Photos by Lydia Brooks

IF ANYONE SAW the way you ate that lasagna—sitting there hunched over the aluminum tray, one arm shielding the saucy goodness, shoveling forkful after forkful into your face between plaintive moans of pleasure—it would've been necessary to kill them out of shame.

You should've just been reasonable and eaten a serving or two, but this was not reasonable lasagna. It was light and yet rich and creamy, with paper-thin noodles acting as a balanced component of the dish rather than tasteless barricades between layers of sauce and protein. There was a meaty depth to each bite, something so familiar, but something you'd not tasted before; something that remained elusive even after you finished the entire tray. Luckily, there were no witnesses.

Consider Taste Unique's take-home Italian a blessing. If dishes like the spinach cannelloni, potato pie (sformato di patate), or pizza margherita were served in a restaurant, the restraint required not to lick the plate or make loud, delighted noises would be exhausting. At home, how you consume offerings like the superbly cheesy, creamy, and slightly smoky mushroom risotto pie is your own business.

As it stands, lunch service in the tiny 10-seat kitchen is eaten to a soundtrack of sighs, exclamations, and sudden bursts of Italian (along with the intermittent, loud, and grating hum of a large freezer). To discourage any plate licking, dishes come with a generous serving of Roman focaccia—salty, slightly crisped, and soft and warm in the center—which is pulled from the oven at regular intervals, filling the air with a deep, buttery scent. Currently, Taste Unique is an un-crowded refuge, but I suspect that will soon change.

The dishes prepared by chef Stefania Toscano are sweet simplicity. Save for semolina, the ingredient list for her lasagnas read like the contents of most anyone's larder: eggs, flour, cream, crushed tomatoes, milk, parmesan, and meat or veggies, depending on which you order. What's exciting is how that list is transformed into something so delicious. The vegetarian lasagna is one of the best dishes I've had all year—while each bite has a creamy fullness, the flavors of zucchini and mushroom come through readily just below an ethereal smoke from a fine provolone.

I'm tempted to say the food at Taste Unique is understated, but I'm more inclined to believe that most Italian cuisine I've had is overstated. The idea here is to let the ingredients be, and to use the salt sparingly. A spinach ravioli offers pockets of fresh spinach with delicate flavor best paired with butter and sage. A lunch special of orecchiette (little shell pasta) draws saltiness from bits of pancetta using a rich ricotta to tie the dish together.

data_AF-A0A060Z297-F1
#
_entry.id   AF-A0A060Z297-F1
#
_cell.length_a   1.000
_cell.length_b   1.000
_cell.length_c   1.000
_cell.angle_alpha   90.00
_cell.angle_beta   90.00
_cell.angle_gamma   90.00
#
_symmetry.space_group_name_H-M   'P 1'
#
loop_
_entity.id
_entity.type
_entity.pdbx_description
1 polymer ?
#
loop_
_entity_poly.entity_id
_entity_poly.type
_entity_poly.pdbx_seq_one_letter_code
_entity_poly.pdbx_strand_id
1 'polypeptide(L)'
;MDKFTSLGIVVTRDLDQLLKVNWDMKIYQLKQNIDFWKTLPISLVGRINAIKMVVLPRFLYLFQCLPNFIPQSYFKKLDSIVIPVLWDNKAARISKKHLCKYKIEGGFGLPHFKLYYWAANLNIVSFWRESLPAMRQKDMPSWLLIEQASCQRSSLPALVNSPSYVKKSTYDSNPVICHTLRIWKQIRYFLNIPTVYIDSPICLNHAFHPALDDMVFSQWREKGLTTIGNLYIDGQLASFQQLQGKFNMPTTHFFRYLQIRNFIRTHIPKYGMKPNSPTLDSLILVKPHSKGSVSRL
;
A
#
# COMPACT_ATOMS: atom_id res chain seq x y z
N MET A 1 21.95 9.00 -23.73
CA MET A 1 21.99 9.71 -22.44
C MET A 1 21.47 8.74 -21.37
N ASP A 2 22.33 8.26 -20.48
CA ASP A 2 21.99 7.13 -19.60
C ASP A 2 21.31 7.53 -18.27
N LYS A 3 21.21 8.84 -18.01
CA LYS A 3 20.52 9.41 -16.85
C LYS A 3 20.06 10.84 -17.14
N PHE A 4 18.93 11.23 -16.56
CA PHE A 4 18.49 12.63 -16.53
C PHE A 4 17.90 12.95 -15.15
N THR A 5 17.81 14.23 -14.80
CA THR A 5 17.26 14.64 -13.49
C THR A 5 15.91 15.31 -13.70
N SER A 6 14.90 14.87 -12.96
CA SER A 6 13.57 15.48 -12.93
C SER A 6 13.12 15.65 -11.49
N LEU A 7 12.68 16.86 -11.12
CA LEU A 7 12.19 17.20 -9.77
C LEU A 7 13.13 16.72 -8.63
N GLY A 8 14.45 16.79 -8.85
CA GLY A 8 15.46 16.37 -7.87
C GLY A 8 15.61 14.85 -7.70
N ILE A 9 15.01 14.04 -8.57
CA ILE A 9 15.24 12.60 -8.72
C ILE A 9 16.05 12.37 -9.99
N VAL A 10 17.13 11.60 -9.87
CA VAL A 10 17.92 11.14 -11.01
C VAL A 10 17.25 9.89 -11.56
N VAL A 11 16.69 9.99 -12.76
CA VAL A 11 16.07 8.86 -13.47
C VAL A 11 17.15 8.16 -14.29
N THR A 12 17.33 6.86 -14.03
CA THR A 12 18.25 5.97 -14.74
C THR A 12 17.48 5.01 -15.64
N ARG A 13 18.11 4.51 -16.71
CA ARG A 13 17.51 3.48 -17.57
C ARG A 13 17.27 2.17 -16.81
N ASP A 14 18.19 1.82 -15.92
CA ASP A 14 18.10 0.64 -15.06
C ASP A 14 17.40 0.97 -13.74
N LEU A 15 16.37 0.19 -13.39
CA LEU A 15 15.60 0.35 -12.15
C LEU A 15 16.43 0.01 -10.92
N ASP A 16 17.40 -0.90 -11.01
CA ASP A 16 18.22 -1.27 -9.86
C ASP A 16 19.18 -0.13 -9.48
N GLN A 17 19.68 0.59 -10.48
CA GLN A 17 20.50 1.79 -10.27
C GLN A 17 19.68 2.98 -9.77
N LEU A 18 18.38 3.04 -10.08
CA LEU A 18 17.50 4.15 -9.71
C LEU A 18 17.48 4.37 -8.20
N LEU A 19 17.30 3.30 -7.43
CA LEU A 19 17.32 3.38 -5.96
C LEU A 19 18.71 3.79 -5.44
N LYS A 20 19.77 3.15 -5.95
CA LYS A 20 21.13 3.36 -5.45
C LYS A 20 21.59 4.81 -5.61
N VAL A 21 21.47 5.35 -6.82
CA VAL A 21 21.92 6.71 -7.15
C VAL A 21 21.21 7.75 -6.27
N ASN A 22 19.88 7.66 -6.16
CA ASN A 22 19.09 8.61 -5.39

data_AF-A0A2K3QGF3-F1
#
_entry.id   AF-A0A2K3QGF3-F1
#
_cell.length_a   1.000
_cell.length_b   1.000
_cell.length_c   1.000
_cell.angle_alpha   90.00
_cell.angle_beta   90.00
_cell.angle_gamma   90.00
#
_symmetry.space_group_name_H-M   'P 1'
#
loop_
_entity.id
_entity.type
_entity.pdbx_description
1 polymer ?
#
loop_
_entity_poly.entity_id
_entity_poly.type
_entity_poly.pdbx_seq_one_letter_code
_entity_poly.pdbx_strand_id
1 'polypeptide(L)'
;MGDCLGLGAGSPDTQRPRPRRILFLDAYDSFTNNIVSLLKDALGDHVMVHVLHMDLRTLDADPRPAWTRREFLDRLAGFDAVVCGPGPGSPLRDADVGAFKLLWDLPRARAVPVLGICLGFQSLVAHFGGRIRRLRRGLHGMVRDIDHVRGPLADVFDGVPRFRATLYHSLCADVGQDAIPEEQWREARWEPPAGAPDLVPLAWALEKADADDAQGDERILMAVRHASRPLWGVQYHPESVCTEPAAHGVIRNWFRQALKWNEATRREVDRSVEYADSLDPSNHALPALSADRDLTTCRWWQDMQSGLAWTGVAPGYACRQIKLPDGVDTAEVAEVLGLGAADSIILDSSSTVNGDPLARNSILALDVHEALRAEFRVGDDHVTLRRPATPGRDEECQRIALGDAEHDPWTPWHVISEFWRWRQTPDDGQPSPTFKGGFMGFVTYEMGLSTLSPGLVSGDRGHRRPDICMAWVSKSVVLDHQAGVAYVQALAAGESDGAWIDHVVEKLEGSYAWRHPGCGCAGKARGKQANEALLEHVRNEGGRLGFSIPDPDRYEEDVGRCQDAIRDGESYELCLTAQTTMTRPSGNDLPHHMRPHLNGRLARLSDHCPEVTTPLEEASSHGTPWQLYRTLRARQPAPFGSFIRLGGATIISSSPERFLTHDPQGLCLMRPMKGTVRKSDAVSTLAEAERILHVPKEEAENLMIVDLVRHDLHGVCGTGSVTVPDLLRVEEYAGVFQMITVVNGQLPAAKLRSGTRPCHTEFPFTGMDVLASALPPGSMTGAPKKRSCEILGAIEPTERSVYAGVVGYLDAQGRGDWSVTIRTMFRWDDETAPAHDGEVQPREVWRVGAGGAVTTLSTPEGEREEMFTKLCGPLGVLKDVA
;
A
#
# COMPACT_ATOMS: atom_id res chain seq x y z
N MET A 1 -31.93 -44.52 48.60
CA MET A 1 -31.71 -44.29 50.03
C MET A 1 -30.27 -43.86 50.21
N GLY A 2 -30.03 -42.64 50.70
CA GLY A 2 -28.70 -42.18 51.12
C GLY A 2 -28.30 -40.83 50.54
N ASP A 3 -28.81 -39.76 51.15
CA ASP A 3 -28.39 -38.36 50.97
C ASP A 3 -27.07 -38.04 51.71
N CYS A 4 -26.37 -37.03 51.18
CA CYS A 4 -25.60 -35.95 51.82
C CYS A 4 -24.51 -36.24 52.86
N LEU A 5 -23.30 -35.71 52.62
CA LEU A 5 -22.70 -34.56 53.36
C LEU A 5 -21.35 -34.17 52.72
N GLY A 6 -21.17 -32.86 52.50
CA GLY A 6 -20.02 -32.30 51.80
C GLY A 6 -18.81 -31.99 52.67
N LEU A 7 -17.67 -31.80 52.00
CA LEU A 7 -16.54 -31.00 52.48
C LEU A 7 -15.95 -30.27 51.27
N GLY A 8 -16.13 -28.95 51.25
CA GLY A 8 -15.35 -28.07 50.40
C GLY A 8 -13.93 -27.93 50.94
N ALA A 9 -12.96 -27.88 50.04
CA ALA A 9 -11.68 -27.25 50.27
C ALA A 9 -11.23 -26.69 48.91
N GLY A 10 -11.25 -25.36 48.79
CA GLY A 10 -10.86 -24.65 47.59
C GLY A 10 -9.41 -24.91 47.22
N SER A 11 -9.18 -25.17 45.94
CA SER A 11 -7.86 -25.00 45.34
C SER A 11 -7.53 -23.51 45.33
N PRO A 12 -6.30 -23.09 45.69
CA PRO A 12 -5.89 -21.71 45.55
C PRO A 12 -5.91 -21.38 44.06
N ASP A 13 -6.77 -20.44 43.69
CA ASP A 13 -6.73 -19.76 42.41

Perhaps the most amazing item at this humble shop is a dessert. The tiramisu has the quality of being both cloud-like and filling, satisfyingly sweet but with a touch of savory, and positively stunning with a thick dusting of cocoa. It's unlikely you'll leave the shop without Toscano handing you a spoonful. Be warned, once you've had that first bite, you'll crave the dessert for days, or until you've bought a tray of the stuff to take home, where you'll eat it in the dark as you quietly weep for joy.

Though you should experience lunch at Taste Unique (if not for the food then for the chance to speak with the charming Chef Toscano), the bulk of their offerings are prepared for takeout and can be purchased refrigerated or frozen. Items change regularly based on what Toscano finds at the farmers market. One afternoon I sampled a zucchini and thyme cream sauce that had me shaking my head in disbelief.

Once you've brought your entrées home, the rest, of course, is up to you. Which is where most of my criticism comes in. The service there was lacking and the atmosphere was too casual. (Really, cats on the dining room table?) On another occasion, the first attempt at a butter and sage sauce that came out of my kitchen (to go with the excellent spinach ravioli) was burnt and inedible. Also, I didn't appreciate that I had to clear my own table and wash the dishes.

But for all the faults of my own dining room and kitchen, the food served from trays with the Taste Unique logo brings a touch of Italy into my home. And once pulled from the oven, it's time to close the blinds, put on a Pavarotti record, and hope no one's watching.